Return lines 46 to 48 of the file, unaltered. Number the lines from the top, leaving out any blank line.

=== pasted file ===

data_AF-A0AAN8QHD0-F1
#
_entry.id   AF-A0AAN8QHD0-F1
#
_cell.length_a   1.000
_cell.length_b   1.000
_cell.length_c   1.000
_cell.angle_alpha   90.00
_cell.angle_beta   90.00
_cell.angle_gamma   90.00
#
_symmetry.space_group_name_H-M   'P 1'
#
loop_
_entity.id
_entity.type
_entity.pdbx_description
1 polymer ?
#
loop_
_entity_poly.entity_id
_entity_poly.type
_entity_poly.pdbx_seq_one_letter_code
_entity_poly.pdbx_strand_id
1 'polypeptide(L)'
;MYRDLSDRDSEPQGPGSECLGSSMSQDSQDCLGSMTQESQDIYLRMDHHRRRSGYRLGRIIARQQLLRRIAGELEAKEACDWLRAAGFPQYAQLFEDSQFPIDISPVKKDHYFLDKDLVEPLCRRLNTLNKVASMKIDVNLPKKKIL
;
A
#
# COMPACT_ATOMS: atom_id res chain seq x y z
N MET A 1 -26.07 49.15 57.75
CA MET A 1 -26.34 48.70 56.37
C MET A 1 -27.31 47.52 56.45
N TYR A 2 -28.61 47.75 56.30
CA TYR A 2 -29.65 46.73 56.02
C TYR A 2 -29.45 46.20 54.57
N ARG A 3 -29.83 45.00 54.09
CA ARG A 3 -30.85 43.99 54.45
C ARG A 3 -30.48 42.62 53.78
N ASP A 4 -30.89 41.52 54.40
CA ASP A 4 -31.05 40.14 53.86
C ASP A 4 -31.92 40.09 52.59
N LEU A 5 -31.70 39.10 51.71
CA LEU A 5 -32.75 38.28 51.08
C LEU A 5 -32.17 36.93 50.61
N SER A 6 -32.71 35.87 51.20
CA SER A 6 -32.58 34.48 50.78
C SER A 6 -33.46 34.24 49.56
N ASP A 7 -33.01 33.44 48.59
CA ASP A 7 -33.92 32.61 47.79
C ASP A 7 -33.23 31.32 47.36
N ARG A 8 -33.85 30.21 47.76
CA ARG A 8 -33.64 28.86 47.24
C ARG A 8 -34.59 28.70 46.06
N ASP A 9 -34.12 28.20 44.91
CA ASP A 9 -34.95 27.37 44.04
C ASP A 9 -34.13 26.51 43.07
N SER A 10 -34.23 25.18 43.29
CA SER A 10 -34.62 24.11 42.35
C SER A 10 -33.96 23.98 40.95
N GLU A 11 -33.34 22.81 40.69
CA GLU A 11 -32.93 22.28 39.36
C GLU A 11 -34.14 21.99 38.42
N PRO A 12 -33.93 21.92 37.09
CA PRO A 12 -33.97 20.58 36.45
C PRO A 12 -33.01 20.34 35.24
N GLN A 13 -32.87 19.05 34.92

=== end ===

N SER A 6 -32.71 35.87 51.20
CA SER A 6 -32.58 34.48 50.78
C SER A 6 -33.46 34.24 49.56